• Annette says:


    I did not get it since unfortunately my Part 1 pass was not within the required 24 months when they launched the program. I also at first thought this is a given but having to pay the extra USD I also don’t think it is worth it, especially if you are pursuing the CIA anyways. I agree with Stephanie’s advise – I also included my individual Parts as passed in my CV .

    For those that will take longer to tackle Part 2 and Part 3 it could be a consideration.

    Oh and to confuse me and other South Africans/Namibians even more is the SA Chapters training programs (comparable to “articles’ or “training contracts” in other professions):

    •Internal Audit Technician (IAT) – This is the first level designation that all internal auditors entering the profession should obtain.

    •Professional Internal Auditor (PIA) – previously known as the General Internal Auditor (GIA) is the next step in the career path and is a supervisory level designation.

    These programs are preferred as precursors to the CIA qualification, I bypassed them and so does everyone else I know.

  • Melvin says:

    I thought the plate gave it to you when you passed part I, an additional procedure is necessary ?

  • Mehmet B. says:

    Actually i don’t see any benefit to have practitioner. If somebody pass Part 1, he or she tell this in job interview. We all need CIA. to be competent, undertand audit universe and mainly to have a strong CV. What will practitioner help, need a cost/benefit analys.


  • Yung Jun says:

    Hi, from my personal viewpoint, the internal audit practitioner designation might helps if your employer value it. But, in long run, I do encourage you to keep pursuing the CIA designation as it represent the combination of all knowledge that a qualified internal auditor needs, not just the basic internal audit experience.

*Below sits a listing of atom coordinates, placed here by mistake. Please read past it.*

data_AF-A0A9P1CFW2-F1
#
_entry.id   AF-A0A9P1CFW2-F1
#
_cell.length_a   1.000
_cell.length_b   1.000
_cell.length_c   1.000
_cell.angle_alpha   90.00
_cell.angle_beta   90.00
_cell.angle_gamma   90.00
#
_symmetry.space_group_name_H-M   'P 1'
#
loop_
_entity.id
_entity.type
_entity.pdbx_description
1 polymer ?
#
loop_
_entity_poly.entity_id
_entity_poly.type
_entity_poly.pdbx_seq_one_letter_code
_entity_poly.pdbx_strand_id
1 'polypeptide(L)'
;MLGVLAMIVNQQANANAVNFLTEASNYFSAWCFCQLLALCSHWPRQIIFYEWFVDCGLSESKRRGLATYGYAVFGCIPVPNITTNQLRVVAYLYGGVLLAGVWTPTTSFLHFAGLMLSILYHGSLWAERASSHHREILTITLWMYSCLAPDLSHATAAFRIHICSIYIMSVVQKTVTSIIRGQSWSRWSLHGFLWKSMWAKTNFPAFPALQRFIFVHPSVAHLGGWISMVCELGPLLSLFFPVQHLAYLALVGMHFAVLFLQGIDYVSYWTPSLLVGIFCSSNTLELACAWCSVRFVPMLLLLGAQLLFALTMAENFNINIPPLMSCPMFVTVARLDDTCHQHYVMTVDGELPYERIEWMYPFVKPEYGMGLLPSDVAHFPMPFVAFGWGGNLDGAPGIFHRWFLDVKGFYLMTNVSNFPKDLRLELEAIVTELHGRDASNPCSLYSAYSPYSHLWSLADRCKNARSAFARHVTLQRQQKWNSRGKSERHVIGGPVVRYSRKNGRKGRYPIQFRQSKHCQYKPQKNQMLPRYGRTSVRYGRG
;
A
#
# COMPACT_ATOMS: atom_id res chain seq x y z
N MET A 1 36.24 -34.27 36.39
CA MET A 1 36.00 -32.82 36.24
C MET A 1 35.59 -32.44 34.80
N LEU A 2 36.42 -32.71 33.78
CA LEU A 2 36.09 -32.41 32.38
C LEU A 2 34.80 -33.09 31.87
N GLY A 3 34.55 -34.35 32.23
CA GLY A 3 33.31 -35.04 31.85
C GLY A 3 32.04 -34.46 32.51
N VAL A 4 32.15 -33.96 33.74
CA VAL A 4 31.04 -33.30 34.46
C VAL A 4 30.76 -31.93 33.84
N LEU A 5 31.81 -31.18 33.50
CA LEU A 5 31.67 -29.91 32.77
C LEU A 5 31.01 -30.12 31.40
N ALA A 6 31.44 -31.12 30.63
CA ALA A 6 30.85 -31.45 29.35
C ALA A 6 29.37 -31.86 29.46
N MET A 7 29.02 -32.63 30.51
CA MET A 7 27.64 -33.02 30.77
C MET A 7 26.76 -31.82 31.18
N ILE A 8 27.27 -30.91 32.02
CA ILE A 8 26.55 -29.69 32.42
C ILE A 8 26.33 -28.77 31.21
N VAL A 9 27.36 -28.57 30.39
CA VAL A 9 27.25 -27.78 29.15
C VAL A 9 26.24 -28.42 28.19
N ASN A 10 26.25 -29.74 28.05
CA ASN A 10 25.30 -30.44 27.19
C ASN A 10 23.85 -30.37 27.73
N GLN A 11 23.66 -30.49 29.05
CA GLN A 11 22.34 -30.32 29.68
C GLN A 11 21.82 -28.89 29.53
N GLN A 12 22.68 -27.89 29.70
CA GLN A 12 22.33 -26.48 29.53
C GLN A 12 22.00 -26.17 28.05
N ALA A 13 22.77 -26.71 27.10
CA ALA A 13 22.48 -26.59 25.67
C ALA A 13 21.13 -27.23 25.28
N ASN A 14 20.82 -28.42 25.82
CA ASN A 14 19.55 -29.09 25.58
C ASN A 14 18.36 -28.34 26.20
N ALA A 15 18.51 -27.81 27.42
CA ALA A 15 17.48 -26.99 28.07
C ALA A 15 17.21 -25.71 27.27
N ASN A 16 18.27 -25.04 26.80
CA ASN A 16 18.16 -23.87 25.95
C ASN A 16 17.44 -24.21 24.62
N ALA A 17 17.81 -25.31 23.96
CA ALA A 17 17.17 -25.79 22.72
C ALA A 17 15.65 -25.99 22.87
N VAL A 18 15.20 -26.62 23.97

If I am not mistaken, the reason for IIA Global in creating this badges is to encourage the candidates to progress to CIA designation as soon as possible. You can find this reason stated in IIA Global website.

    Wish it helps to clarify.

    Yung Jun

  • Joanne says:

    I thought that a pre requisite for doing the CIA Exam was 2 years in the field of Auditing. At least this is what I read for my application.
    Maybe be different elsewhere.

    • Lynnel says:

      I believe to be a CIA, one must have 2 years of experience in Auditing. In my case I took the CIA exam without the 2 years of experience, the experience verification form will be sent after I earned the experience, and as long as I have completed all the requirements(passed all parts and experience) to be certified within 4 years.

    • Stephanie says:

      Hmm… we have readers / bloggers (Lynnel) whom I am sure don’t have 2 years of experience anywhere (yet) given they are recent graduate. Lynnel for example has passed two parts of this exam.

      But sometimes it could be different depending on where you live and work. The local IIA rep office takes care of their own application. If you are from one of these countires, it is a possible reason: